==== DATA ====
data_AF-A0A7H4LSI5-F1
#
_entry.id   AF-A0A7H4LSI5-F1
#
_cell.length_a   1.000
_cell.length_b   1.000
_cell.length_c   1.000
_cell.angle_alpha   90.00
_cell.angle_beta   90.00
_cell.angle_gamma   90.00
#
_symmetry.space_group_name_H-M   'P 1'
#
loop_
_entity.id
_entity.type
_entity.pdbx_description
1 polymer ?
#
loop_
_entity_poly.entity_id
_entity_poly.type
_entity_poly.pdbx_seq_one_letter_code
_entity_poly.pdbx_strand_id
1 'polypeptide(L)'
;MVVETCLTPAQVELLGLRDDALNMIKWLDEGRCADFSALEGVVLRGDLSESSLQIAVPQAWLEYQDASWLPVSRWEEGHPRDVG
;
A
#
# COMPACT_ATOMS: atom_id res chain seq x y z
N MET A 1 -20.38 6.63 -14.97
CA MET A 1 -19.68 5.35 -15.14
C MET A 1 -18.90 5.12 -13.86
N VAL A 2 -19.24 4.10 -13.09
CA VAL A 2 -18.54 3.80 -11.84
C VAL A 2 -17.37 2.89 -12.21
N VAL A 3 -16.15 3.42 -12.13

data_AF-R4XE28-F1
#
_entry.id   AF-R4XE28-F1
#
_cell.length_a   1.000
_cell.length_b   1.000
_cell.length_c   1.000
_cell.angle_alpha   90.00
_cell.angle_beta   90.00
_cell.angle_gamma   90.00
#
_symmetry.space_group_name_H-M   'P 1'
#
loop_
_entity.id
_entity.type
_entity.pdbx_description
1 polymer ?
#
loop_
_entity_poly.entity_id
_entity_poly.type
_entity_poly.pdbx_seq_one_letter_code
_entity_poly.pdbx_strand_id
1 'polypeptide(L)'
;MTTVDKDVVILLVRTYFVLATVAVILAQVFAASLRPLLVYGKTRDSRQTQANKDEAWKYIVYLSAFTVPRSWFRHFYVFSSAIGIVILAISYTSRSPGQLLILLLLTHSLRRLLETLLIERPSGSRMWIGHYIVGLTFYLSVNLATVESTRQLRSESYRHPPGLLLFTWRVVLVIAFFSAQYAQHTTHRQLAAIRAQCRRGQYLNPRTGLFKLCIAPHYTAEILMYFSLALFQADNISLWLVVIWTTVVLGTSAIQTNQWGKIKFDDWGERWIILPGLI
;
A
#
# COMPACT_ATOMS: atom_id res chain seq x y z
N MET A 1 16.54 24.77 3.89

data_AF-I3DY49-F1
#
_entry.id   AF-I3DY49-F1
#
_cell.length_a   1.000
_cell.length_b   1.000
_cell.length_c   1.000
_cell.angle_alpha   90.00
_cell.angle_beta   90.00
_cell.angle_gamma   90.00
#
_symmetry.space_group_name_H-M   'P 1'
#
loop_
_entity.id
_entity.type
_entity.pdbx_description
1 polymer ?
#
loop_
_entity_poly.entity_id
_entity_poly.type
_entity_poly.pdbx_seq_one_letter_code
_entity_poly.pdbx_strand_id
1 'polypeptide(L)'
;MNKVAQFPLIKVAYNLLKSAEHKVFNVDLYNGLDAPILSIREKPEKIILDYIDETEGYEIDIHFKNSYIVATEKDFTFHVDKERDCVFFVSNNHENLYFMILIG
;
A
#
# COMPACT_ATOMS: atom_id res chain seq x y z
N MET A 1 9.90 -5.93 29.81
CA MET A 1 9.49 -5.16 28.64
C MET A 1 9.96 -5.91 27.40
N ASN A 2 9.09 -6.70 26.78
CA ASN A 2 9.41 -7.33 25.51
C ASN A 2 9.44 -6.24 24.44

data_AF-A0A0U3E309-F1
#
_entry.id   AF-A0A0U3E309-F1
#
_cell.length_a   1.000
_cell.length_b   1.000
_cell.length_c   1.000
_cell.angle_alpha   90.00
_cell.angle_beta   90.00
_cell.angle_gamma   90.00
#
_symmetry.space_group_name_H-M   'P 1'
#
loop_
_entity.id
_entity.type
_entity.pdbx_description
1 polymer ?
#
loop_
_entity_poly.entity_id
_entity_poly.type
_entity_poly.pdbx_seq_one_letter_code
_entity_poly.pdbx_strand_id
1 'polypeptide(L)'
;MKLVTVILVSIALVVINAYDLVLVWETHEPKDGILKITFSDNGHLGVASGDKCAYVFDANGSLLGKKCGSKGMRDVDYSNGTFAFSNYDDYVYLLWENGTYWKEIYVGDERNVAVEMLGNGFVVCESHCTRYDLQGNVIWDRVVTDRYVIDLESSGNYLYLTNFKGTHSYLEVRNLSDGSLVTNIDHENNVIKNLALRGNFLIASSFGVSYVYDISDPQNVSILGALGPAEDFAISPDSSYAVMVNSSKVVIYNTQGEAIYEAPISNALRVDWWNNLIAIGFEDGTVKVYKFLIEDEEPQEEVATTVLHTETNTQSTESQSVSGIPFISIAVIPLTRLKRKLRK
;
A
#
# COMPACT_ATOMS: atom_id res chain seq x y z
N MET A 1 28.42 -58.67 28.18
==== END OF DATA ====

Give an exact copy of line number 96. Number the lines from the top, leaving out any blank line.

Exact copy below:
A